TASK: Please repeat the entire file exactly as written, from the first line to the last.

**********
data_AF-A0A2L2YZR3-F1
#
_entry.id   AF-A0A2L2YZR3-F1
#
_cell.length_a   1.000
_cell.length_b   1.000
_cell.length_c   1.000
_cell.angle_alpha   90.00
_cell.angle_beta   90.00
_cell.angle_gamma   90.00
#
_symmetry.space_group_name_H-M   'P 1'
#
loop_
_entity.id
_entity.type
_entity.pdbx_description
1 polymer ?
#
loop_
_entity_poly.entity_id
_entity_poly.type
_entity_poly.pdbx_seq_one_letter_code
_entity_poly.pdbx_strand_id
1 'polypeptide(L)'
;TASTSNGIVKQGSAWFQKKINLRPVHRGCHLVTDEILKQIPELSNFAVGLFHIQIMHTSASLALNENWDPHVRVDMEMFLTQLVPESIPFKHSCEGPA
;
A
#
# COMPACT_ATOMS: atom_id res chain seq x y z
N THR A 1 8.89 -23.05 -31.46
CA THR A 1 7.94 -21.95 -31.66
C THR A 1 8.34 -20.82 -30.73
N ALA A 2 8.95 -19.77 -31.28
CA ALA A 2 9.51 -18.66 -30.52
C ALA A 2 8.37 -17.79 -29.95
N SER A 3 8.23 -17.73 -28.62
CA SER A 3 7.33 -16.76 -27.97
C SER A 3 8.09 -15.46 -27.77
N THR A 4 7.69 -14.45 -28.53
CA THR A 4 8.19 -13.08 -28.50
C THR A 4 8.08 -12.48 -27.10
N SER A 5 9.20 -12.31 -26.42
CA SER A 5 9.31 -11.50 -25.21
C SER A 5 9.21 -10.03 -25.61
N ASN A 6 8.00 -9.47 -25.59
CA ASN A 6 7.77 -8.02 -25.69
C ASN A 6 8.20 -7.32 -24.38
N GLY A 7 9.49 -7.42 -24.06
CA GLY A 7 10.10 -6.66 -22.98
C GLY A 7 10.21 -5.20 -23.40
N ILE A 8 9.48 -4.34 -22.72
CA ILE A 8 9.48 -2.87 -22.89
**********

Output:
data_AF-A0A2L2YZR3-F1
#
_entry.id   AF-A0A2L2YZR3-F1
#
_cell.length_a   1.000
_cell.length_b   1.000
_cell.length_c   1.000
_cell.angle_alpha   90.00
_cell.angle_beta   90.00
_cell.angle_gamma   90.00
#
_symmetry.space_group_name_H-M   'P 1'
#
loop_
_entity.id
_entity.type
_entity.pdbx_description
1 polymer ?
#
loop_
_entity_poly.entity_id
_entity_poly.type
_entity_poly.pdbx_seq_one_letter_code
_entity_poly.pdbx_strand_id
1 'polypeptide(L)'
;TASTSNGIVKQGSAWFQKKINLRPVHRGCHLVTDEILKQIPELSNFAVGLFHIQIMHTSASLALNENWDPHVRVDMEMFLTQLVPESIPFKHSCEGPA
;
A
#
# COMPACT_ATOMS: atom_id res chain seq x y z
N THR A 1 8.89 -23.05 -31.46
CA THR A 1 7.94 -21.95 -31.66
C THR A 1 8.34 -20.82 -30.73
N ALA A 2 8.95 -19.77 -31.28
CA ALA A 2 9.51 -18.66 -30.52
C ALA A 2 8.37 -17.79 -29.95
N SER A 3 8.23 -17.73 -28.62
CA SER A 3 7.33 -16.76 -27.97
C SER A 3 8.09 -15.46 -27.77
N THR A 4 7.69 -14.45 -28.53
CA THR A 4 8.19 -13.08 -28.50
C THR A 4 8.08 -12.48 -27.10
N SER A 5 9.20 -12.31 -26.42
CA SER A 5 9.31 -11.50 -25.21
C SER A 5 9.21 -10.03 -25.61
N ASN A 6 8.00 -9.47 -25.59
CA ASN A 6 7.77 -8.02 -25.69
C ASN A 6 8.20 -7.32 -24.38
N GLY A 7 9.49 -7.42 -24.06
CA GLY A 7 10.10 -6.66 -22.98
C GLY A 7 10.21 -5.20 -23.40
N ILE A 8 9.48 -4.34 -22.72
CA ILE A 8 9.48 -2.87 -22.89